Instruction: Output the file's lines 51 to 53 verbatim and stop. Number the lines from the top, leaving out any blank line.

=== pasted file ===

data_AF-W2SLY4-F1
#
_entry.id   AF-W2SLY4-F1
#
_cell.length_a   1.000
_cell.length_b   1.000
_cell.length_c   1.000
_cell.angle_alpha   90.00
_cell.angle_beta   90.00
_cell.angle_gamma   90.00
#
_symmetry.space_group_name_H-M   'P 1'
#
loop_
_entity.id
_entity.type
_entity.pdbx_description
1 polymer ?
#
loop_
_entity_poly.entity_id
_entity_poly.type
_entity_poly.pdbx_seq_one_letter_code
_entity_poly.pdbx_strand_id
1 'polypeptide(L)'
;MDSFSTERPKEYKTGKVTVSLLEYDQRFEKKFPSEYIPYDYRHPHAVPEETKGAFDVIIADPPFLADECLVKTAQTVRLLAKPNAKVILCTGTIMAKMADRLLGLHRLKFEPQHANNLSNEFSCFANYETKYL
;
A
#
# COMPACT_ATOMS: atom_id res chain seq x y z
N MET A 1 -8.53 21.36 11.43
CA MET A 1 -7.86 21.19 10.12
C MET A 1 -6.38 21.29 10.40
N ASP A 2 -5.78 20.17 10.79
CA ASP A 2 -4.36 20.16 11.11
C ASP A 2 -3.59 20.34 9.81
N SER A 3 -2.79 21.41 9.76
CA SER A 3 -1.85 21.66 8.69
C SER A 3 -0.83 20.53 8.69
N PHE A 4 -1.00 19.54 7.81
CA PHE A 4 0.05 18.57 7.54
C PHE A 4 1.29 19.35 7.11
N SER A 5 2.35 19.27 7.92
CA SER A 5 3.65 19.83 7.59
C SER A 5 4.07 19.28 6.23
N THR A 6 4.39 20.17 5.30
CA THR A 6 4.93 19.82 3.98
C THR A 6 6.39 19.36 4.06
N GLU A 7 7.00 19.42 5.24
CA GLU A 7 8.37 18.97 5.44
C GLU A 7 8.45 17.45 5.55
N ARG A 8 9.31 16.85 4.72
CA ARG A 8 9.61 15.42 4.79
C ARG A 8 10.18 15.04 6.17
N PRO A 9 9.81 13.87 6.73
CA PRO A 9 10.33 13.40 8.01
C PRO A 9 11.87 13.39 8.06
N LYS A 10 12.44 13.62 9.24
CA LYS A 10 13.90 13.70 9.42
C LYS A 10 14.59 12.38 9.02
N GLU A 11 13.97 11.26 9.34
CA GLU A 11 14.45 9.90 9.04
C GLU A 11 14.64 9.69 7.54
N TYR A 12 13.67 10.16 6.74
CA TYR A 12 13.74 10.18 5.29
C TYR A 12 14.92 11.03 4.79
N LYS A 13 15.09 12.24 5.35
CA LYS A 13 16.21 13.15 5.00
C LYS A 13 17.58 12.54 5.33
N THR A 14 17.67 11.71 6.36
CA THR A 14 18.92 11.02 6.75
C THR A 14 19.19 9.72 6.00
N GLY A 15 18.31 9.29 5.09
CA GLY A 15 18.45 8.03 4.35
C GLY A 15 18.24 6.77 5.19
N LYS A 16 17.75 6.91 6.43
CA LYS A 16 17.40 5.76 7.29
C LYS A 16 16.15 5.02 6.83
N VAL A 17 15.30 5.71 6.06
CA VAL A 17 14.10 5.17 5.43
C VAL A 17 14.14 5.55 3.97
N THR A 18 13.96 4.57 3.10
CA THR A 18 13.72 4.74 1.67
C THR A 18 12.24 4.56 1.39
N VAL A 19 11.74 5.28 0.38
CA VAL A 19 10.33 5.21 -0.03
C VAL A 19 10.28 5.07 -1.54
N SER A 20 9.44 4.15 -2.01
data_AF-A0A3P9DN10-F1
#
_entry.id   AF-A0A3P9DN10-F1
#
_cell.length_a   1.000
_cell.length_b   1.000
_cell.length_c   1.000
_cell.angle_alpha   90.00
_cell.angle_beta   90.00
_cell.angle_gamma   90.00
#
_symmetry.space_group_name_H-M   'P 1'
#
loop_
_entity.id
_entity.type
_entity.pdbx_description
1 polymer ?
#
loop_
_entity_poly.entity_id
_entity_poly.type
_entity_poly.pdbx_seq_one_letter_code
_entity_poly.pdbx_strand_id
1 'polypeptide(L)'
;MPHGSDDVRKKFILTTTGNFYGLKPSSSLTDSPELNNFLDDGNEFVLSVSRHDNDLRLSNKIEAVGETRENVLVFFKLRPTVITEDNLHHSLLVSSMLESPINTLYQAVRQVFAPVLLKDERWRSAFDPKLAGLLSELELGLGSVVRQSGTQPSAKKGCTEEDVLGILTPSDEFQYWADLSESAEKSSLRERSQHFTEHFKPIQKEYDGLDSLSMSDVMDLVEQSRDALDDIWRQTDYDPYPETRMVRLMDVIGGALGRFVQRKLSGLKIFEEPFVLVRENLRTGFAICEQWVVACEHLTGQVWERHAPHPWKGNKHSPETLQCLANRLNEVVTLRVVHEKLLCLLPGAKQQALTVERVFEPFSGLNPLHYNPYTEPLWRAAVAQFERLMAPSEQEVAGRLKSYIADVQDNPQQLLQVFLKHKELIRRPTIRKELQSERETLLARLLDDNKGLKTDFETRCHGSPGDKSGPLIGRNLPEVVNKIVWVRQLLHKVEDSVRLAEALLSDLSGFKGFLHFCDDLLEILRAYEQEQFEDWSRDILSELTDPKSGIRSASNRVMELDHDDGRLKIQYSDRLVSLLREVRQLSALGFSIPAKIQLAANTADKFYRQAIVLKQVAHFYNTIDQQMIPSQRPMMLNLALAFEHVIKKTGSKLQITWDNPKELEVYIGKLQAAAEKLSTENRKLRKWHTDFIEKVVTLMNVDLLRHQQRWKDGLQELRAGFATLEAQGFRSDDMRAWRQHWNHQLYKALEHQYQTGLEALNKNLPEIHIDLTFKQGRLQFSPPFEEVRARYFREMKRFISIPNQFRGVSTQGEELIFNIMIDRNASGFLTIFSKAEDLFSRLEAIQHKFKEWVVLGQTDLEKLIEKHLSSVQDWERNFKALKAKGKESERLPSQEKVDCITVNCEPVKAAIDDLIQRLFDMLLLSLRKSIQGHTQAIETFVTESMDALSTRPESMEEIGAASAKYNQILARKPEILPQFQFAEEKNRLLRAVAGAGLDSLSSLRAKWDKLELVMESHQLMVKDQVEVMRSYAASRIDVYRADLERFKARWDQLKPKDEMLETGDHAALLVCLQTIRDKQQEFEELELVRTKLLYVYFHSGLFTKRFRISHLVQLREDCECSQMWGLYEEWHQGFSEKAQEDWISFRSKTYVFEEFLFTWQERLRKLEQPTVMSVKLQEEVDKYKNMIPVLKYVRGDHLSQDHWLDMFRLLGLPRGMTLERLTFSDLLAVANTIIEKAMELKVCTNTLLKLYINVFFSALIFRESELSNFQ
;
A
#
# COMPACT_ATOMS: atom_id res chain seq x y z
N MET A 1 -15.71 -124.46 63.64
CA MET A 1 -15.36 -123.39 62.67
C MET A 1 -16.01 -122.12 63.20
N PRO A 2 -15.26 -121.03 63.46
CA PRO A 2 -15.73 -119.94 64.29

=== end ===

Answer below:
C GLU A 7 8.45 17.45 5.55
N ARG A 8 9.31 16.85 4.72
CA ARG A 8 9.61 15.42 4.79